This 18-year-old male has an ocular history of congenital Marfan’s syndrome and Axenfeld-Rieger syndrome with bilateral dislocated lenses and iris hypoplasia. At age nine he suffered a large retinal tear, underwent a pars plana vitrectomy (PPV) repair and subsequently developed aphakic glaucoma. In the right eye, he was treated for lattice degeneration with a 360-degree laser, providing him good vision in that eye at 20/30.

Prednisolone was prescribed, which improved but did not resolve the granuloma. Surgical resection was discussed, but because he would need to be without the comfort-giving scleral device until healed, he opted for impression technology using an elevation-specific scleral design. An impression of the ocular surface was obtained using a polyvinylsiloxane mold and a custom scleral device was designed to shield and cover the granuloma. A few months later, the granuloma had completely resolved.

Recently, he developed a choroidal neovascular membrane in the right eye and began treatments with Avastin (bevacizumab, Genentech). He subsequently developed a non-clearing vitreal hemorrhage requiring PPV. Unfortunately, he developed a worsening anterior staphyloma and was referred for a patch graft consult and vision assessment.

Staphylomas result from intraocular pressure pushing the uvea into an ectatic sclera.1 This causes the sclera to have a bluish or even blackish appearance as the underlying pigmented tissue becomes visible through the thinning scleral tissue. While posterior staphylomas are generally congenital, anterior staphylomas develop in response to trauma, such as surgery, or infection, as with fungal ulcers.1,2 Anterior staphylomas  are generally located over the ciliary body (ciliary staphyloma) or between the ciliary body and the limbus (intercalary staphyloma).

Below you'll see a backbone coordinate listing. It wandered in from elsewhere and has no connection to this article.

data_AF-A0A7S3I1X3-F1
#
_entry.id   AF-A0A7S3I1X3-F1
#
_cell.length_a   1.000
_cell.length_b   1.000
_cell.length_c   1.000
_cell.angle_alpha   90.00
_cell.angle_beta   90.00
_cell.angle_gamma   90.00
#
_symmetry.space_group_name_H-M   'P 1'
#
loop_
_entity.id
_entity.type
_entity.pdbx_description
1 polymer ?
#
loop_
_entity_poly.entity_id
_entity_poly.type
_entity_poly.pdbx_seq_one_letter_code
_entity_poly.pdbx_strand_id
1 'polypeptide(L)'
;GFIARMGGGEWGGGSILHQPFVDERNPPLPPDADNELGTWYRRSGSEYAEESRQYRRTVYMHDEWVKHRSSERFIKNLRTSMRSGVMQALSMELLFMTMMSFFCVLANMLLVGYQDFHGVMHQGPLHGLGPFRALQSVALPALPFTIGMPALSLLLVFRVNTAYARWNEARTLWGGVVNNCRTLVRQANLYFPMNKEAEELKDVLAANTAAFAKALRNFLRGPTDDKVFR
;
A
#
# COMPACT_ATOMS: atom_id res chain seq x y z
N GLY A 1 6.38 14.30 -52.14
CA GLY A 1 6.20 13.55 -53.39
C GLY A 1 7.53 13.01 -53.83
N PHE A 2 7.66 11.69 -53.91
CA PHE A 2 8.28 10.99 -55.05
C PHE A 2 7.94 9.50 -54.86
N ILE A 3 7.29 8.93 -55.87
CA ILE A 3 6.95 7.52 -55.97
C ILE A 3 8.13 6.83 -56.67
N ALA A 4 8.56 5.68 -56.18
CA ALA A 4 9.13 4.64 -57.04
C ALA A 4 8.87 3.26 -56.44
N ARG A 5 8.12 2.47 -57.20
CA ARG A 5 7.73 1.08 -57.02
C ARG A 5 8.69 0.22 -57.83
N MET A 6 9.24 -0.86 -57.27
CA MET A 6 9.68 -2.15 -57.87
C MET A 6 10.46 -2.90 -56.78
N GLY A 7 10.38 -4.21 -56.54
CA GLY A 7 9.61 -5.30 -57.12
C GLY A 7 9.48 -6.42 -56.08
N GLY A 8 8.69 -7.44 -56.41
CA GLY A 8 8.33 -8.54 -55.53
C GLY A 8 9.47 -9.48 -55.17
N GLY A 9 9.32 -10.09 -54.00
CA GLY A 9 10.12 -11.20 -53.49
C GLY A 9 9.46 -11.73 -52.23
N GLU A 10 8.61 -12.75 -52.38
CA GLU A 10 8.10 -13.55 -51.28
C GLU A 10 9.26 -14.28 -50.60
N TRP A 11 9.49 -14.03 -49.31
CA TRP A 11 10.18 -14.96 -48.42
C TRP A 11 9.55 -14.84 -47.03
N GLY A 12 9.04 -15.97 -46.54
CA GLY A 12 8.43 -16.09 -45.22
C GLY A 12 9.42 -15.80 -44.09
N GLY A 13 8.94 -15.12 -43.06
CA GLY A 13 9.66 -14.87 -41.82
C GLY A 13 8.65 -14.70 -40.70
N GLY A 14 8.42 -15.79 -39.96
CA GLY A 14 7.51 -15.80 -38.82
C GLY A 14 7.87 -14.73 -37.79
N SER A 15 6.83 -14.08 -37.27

Although reinforcement surgery with a scleral patch graft is the usual course of action in staphyloma, it was contraindicated in this case because of the size of the thinned area and the risk of intraocular bleeding. Surprisingly, however, he pinholed to his baseline visual acuity. Refraction yielded lower plus power with a significant increase in astigmatism, providing him 20/80 vision. 

While a contact lens correction, including the option of a scleral lens fit, would likely yield better optics, it is contraindicated in this case secondary to the risk of perforation. Safety goggles were prescribed.

A patient’s complicated ocular history results in an anterior staphyloma, leaving him few treatment options.
Click photo to enlarge.

1. (Corneal) Staphyloma, Anterior. Am J Neuroradiol. Accessed January 30, 2019.

2. Grieser EJ, Tuli SS, Chabi A, et al. Blueberry eye: acquired total anterior staphyloma after a fungal corneal ulcer. Cornea. 2009;28(2):231-2.